The Delhi High Court held on October 12, 2023, in the case of M/s SVK Infrastructures v. Delhi Tourism and Transportation Development Corporation Ltd, that no stamp duty is chargeable on instruments executed by, on behalf of or in favour of the Government. Hence, unstamped work order could be relied upon to invoke arbitration.
In the instant case, the petitioner, a partnership firm, had taken over the assets and liabilities of a sole proprietorship, M/s Satya Narain. A work order dated February 15, 2016, was issued by the respondent in favour of M/s Satya Narain which included an arbitration clause. On a dispute arising between the parties, the petitioner requested the Chief Engineer, employed by the respondent, to refer the dispute to the Dispute Resolution Committee as stipulated in the work order. The Chief Engineer’s failure to do so resulted in the present petition being filed under Section 11 of the Arbitration and Conciliation Act, 1996.
The petitioner contended that upon acquisition, it had stepped into the shoes of M/s Satya Narain and was entitled to invoke arbitration in terms of the work order. Moreover, through a communication dated May 30, 2022, the respondent had already acknowledged the petitioner as the successor of M/s Satya Narain. In addition, as per proviso (1) to Section 3 of the Indian Stamp Act, 1899, no stamp duty was payable on the work order as it fell under the term ‘agreement’ executed by the Government.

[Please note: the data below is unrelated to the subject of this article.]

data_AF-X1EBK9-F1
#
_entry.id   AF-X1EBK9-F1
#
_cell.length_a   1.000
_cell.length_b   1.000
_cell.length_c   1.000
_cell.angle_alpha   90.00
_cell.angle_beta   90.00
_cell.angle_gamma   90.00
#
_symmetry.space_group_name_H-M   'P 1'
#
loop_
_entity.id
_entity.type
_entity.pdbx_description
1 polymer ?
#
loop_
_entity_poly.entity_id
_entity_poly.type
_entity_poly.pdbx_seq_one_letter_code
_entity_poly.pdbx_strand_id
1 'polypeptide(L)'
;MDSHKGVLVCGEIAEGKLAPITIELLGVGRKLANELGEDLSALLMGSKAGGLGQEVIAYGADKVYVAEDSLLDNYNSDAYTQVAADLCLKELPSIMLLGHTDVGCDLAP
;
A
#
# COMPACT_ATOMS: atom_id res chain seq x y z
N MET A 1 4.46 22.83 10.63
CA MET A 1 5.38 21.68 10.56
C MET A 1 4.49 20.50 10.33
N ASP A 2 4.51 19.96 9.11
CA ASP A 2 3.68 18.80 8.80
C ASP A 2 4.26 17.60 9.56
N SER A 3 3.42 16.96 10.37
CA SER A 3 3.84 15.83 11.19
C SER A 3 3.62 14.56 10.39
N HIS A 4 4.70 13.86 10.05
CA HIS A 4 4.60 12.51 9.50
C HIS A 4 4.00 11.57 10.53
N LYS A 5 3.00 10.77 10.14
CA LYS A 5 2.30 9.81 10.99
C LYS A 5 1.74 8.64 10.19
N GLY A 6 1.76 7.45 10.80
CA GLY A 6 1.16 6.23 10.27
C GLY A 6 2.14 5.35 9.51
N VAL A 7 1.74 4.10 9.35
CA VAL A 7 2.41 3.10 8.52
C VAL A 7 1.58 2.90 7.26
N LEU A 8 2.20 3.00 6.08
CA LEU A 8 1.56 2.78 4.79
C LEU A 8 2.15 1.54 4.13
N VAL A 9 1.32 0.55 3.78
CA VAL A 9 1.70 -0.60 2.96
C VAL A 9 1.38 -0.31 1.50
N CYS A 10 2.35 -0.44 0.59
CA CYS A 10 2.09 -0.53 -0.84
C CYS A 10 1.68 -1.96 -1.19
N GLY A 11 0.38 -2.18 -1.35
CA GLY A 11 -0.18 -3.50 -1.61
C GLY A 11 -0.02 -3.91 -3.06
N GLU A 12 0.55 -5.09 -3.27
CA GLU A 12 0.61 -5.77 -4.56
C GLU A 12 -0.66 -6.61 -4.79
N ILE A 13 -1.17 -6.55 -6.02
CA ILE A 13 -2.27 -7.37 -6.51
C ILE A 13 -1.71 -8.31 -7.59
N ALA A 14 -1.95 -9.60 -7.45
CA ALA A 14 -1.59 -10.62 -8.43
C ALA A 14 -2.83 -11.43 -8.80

The respondent opposed the petition on three grounds; that there was no valid arbitration agreement, that the petitioner had directly approached the Court before approaching the Dispute Resolution Committee and that the agreement was unstamped and therefore could not be relied upon. The respondent placed reliance on the judgement of the Supreme Court in the case of M/s. N.N. Global Mercantile Private Limited v. Indo Unique Flame Ltd. & Ors. (2023 SCC OnLine SC 495) to contend that any agreement executed in Delhi for which no specific provision has been made in the schedule, is required to be stamped in accordance with Clause 5(c) of Schedule IA of the Indian Stamp Act, 1899.
The court observed that the petitioner was entitled to invoke arbitration since it was an admitted position that the petitioner was the successor of M/s Satya Narain and especially when the sole proprietor himself was a partner in the petitioner firm. The court also noted that the respondent having failed to refer the dispute to the Dispute Resolution Committee, despite the specific request of the petitioner, was estopped from raising a plea that the petition was premature.
Further, Clause 5(c) of Schedule IA of the Indian Stamp Act, 1899 only required the affixation of stamp duty on agreements or memorandum of agreement which were not covered by any specific provision of the act. However, as per proviso (1) to Section 3 of the Indian Stamp Act, 1899 it was evident that no stamp duty was chargeable on an instrument that had been executed by, on behalf of or in favour of the Government and therefore no stamp duty was payable on the work order that was executed on behalf of the Government. Thus, the court held that the decision in the case of M/s. N.N. Global Mercantile Private Limited v. Indo Unique Flame Ltd. & Ors. (2023 SCC OnLine SC 495) was inapplicable in the facts and circumstances of the present case.